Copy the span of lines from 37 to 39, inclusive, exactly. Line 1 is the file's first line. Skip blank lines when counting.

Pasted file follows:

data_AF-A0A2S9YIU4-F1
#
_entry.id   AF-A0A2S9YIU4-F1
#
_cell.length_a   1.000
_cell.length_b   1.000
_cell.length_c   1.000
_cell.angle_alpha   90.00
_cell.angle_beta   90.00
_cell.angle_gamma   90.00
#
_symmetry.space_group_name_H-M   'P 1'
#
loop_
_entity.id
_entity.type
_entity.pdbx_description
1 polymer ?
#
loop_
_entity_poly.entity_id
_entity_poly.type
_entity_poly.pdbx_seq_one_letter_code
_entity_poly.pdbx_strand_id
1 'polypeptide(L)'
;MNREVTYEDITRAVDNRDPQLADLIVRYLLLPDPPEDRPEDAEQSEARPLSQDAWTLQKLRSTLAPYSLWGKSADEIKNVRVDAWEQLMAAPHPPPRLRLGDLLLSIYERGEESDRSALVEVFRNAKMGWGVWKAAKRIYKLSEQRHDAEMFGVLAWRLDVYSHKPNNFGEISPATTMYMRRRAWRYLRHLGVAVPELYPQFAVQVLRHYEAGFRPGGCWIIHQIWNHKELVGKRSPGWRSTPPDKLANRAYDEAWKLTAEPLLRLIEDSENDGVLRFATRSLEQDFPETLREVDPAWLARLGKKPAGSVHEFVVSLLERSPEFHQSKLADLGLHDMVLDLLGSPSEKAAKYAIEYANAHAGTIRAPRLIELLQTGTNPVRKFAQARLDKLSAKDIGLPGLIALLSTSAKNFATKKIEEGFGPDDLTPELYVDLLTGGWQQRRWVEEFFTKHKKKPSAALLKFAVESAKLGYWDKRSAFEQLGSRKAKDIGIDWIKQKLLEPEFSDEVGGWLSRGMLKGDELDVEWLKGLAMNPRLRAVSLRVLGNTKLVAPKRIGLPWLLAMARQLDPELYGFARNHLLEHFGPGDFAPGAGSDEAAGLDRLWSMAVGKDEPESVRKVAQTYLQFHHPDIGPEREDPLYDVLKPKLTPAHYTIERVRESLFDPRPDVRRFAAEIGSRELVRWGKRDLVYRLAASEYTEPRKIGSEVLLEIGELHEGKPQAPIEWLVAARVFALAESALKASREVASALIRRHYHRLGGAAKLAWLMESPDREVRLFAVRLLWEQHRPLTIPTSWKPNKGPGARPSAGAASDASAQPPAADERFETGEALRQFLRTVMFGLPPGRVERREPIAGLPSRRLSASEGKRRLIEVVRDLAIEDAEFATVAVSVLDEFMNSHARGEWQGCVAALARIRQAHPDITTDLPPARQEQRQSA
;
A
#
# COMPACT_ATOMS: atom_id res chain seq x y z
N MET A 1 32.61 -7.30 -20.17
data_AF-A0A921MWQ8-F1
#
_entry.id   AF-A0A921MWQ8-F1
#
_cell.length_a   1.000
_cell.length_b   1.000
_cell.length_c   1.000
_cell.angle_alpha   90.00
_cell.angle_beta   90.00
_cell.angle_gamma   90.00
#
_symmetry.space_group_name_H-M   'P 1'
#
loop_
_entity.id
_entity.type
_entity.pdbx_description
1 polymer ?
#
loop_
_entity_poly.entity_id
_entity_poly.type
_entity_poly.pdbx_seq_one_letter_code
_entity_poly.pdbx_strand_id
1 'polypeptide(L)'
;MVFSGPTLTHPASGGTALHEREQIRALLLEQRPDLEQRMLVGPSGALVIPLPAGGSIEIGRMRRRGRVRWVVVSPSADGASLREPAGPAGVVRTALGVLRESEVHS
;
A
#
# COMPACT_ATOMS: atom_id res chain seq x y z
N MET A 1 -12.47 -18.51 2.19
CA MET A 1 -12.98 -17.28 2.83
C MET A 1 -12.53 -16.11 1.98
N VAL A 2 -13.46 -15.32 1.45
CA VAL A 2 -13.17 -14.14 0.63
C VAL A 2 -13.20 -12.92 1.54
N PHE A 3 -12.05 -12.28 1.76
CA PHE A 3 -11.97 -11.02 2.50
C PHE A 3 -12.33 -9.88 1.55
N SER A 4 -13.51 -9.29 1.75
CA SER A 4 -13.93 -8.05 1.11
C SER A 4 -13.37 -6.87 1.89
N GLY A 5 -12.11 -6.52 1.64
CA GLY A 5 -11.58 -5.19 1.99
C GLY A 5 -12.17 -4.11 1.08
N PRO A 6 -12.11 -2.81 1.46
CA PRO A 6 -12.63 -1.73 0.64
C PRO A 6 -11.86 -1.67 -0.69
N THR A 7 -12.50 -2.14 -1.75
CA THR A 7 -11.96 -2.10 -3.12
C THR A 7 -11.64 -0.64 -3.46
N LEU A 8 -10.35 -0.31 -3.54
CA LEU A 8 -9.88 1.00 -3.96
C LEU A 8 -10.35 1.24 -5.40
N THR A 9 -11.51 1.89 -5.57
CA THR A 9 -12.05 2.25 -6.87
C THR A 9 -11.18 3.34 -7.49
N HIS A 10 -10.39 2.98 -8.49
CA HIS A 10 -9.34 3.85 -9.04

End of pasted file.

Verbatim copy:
_cell.length_b   1.000
_cell.length_c   1.000
_cell.angle_alpha   90.00